I read that technically, most words are also stems (most words can be further elaborated somehow); but stems are sometimes not words, since some stems are bound, that is, they require further elaboration before they are pronounced alone.

I am trying to find some examples that proove this point. The only one that comes to my mind is -driv (it is a stem, but not a word, because I cannot just say "I driv my car". I need to add something to it in order to make sense. Therefore I say driv-en, or driv-e: these are then what we could say "words".

What other examples come to your mind? Examples in English, Italian or German would be ideal because I speak these languages, but other languages would help as well.

  • maybe also parl- (o, are, iamo) is a bound stem. Am I right? (Italian)
    – E.V.
    Nov 25, 2015 at 11:47
  • 1
    German spring, möcht, leit, English giv(e), san(ity,death e too), organis(ation).
    – Joop Eggen
    Nov 25, 2015 at 15:58
  • Arguing about spoken language, /draIv/ is both a stem and a word. Only the third stem can be argued not to be a word, when you analyse /drIv@n/ as a stem /drIv/ and a suffix /@n/. Since /@n/ is not a productive suffix in contemporary English, some people may argue that /drIv@n/ is both a stem and a word. Nov 26, 2015 at 8:30
  • A little note on the example in italian given by E.V. (in light of the distinction described below between stem and root). You can think of parl- as a stem that gets modified a bit to become a root of a verb (parlo, parliamo (v.)) or the root of a noun, parol- (as in parola (n.)) . The stem undergose two different modifications, depending on the logical role of the word.
    – Franco
    Dec 6, 2015 at 6:38

3 Answers 3


There are two relevant terms for word subparts, "stem" and "root". A root is the smallest meaning-bearing part of a word which carries the lexical meaning. A stem contains one or more roots, but typically excludes inflectional affixes. The problem is that there isn't a well-defined definition or theory of "stem' which allows you to say whether 'cow' is just a root, or is it a root and a stem (though 'cows' would not be either, though it would contain a root and a stem if you think that there is a stem). A typical analysis of Spanish (or Italian) is that a verb word like comer contains a stem come- and an inflectional ending, and the stem is made up of the root com- plus a theme vowel e. The main argument for reducing come- to com+e is that verbs end in a very restricted subset of phonemes whereas what comes before that vowel is pretty unrestricted in light of the syllable structure and segment inventory of the language. So either you have to say that there is a really big coincidence that Spanish verb roots all end in /a, i, e/, or you have to say that there's a filter-type rule requiring all Spanish verb roots to end in /a, i, e/ (people tend not to like such rules) – or, you say that all roots have to select one of three meaningless suffixes which is added to the root to form a stem.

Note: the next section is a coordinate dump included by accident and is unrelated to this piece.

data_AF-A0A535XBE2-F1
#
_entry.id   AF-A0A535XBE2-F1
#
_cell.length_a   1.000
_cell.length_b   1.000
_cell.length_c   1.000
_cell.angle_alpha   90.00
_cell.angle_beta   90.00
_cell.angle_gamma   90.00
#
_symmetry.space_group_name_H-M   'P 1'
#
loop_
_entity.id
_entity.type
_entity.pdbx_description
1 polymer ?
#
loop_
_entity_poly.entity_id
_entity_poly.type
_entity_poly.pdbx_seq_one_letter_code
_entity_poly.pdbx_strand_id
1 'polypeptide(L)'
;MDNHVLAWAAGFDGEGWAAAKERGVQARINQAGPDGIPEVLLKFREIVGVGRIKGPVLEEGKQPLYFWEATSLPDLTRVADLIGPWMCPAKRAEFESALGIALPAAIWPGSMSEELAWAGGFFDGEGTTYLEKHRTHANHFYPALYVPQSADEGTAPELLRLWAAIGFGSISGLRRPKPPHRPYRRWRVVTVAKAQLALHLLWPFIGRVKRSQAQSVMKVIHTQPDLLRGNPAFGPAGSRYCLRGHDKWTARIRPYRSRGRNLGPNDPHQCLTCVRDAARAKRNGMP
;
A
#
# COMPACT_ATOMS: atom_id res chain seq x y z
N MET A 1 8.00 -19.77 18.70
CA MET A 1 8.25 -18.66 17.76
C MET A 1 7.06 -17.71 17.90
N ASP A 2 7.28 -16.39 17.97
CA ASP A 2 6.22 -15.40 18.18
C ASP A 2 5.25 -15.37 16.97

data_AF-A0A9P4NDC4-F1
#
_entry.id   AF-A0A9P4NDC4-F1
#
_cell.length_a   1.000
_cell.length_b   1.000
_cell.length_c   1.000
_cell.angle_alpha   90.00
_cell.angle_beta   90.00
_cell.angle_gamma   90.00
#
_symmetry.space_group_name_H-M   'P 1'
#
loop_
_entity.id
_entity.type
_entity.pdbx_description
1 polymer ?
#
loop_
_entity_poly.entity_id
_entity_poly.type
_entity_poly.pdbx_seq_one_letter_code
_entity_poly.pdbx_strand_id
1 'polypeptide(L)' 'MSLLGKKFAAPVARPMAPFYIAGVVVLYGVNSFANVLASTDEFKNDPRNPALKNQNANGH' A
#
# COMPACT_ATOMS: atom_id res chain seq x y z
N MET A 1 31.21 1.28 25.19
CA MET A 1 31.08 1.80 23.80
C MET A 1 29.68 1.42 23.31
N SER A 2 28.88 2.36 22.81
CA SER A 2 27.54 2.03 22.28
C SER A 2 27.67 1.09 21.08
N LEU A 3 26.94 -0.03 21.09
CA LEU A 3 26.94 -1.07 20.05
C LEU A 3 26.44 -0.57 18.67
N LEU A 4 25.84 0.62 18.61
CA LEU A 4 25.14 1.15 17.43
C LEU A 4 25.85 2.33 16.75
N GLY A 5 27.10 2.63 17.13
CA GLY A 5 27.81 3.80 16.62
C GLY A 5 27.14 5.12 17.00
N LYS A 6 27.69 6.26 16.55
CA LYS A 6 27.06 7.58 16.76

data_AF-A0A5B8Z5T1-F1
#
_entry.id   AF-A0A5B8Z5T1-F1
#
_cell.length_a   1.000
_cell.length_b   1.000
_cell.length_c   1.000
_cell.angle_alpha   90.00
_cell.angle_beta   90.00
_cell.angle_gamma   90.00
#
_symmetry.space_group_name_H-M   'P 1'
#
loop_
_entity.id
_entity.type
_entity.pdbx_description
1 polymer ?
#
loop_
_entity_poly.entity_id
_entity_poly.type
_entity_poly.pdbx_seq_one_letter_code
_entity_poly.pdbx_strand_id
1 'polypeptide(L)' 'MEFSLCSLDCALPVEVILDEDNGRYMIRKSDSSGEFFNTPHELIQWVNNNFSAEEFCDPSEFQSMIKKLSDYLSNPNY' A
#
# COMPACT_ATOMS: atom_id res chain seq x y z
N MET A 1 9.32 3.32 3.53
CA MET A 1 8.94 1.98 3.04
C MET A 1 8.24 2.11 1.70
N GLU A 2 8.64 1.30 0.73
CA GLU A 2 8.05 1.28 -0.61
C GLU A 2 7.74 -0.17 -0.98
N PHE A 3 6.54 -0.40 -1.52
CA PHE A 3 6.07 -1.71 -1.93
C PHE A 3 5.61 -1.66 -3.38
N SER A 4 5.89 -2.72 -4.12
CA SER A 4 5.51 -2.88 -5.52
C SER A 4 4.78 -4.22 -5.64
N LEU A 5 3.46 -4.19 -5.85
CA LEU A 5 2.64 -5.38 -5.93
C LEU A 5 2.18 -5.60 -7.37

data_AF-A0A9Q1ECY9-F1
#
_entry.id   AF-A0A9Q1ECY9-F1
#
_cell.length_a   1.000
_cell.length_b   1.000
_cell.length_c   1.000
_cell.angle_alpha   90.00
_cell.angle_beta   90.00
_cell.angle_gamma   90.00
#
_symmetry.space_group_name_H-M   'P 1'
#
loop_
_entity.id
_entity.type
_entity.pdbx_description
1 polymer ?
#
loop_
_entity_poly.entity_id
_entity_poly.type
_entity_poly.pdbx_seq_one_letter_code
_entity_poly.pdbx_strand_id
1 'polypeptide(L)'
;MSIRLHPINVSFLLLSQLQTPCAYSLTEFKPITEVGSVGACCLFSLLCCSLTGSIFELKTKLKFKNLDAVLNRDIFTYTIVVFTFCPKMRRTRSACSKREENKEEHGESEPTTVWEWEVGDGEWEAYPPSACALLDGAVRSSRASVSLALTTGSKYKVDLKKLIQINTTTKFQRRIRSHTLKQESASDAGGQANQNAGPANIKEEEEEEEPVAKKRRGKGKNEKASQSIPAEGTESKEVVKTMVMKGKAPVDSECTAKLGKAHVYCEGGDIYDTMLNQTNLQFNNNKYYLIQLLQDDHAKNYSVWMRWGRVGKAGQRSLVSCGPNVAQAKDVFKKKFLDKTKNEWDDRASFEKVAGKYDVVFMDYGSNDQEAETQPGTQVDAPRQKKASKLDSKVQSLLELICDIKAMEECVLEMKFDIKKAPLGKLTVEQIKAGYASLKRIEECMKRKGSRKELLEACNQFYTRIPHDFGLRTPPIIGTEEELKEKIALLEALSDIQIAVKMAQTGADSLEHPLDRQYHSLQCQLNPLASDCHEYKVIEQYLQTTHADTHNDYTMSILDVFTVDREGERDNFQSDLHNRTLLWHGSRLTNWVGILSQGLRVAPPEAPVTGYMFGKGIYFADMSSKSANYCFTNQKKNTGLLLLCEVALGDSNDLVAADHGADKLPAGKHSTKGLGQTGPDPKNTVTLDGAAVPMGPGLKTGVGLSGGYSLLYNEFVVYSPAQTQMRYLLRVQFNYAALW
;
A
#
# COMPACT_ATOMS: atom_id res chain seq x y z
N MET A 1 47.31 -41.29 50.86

In a number of Bantu languages, verbs have a very rich structure where a root combines with many different derivational suffixes and then a lot of inflectional suffixes, and there can be many layers of analysis, so that a root combines with derivational suffixes to give you a Derivational Stem, then some tense and negation markers are added to give an Inflectional Stem, then reduplication gives the Compound Stem, then object markers give you another thing called the Macro-stem, and so on. See Downing 2001 "Ungeneralizable Minimality in Ndebele" for example.

If you're asking for an example of a case where a root combines with an obligatory suffix to give a stem but the stem always has to be combined with something else, then you could look at Romance verbs. However, the stem is often the same as the informal imperative, so you'd have to look at a verb like contar with the stem conta- and the imperative cuenta to get an example where the stem isn't the same as an existing word. On the other hand, if you don't mean stem in the sense "root plus some obligatory affix" (thus, where the stem is the same as the root), then Jknappen's answer gives examples from German.


It is not really clear what you are asking for, but German has some bound morphemes that never occur as single words, e.g.

  • verunglimpfen and glimpflich contain a morpheme "glimpf", but there is no word like *Glimpf
  • unflätig contains a morpheme "flat", but there is not longer an independent word *Flat in contemporary German

Dis-? I know diss is a word, but the root dis- is itself not a word.


Your Answer

By clicking “Post Your Answer”, you agree to our terms of service and acknowledge you have read our privacy policy.

Not the answer you're looking for? Browse other questions tagged or ask your own question.